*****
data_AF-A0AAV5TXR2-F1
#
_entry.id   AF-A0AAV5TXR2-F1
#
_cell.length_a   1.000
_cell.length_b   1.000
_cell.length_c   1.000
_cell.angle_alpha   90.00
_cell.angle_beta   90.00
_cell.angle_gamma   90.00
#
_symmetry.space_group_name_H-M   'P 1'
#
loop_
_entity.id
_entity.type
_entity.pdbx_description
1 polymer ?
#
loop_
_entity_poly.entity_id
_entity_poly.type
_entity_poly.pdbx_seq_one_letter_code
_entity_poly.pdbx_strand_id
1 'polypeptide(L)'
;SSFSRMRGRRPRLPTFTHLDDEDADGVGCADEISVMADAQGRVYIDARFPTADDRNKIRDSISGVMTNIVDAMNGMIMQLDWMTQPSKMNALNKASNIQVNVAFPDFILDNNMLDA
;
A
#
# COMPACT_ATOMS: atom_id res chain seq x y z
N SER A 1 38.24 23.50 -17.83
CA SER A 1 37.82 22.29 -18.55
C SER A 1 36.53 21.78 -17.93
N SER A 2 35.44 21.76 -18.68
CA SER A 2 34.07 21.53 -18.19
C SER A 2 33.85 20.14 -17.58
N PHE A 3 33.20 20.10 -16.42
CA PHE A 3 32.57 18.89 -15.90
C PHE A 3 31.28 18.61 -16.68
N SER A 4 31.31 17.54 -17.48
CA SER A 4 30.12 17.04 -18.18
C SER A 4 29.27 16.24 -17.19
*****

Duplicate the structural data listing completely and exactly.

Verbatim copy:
data_AF-A0AAV5TXR2-F1
#
_entry.id   AF-A0AAV5TXR2-F1
#
_cell.length_a   1.000
_cell.length_b   1.000
_cell.length_c   1.000
_cell.angle_alpha   90.00
_cell.angle_beta   90.00
_cell.angle_gamma   90.00
#
_symmetry.space_group_name_H-M   'P 1'
#
loop_
_entity.id
_entity.type
_entity.pdbx_description
1 polymer ?
#
loop_
_entity_poly.entity_id
_entity_poly.type
_entity_poly.pdbx_seq_one_letter_code
_entity_poly.pdbx_strand_id
1 'polypeptide(L)'
;SSFSRMRGRRPRLPTFTHLDDEDADGVGCADEISVMADAQGRVYIDARFPTADDRNKIRDSISGVMTNIVDAMNGMIMQLDWMTQPSKMNALNKASNIQVNVAFPDFILDNNMLDA
;
A
#
# COMPACT_ATOMS: atom_id res chain seq x y z
N SER A 1 38.24 23.50 -17.83
CA SER A 1 37.82 22.29 -18.55
C SER A 1 36.53 21.78 -17.93
N SER A 2 35.44 21.76 -18.68
CA SER A 2 34.07 21.53 -18.19
C SER A 2 33.85 20.14 -17.58
N PHE A 3 33.20 20.10 -16.42
CA PHE A 3 32.57 18.89 -15.90
C PHE A 3 31.28 18.61 -16.68
N SER A 4 31.31 17.54 -17.48
CA SER A 4 30.12 17.04 -18.18
C SER A 4 29.27 16.24 -17.19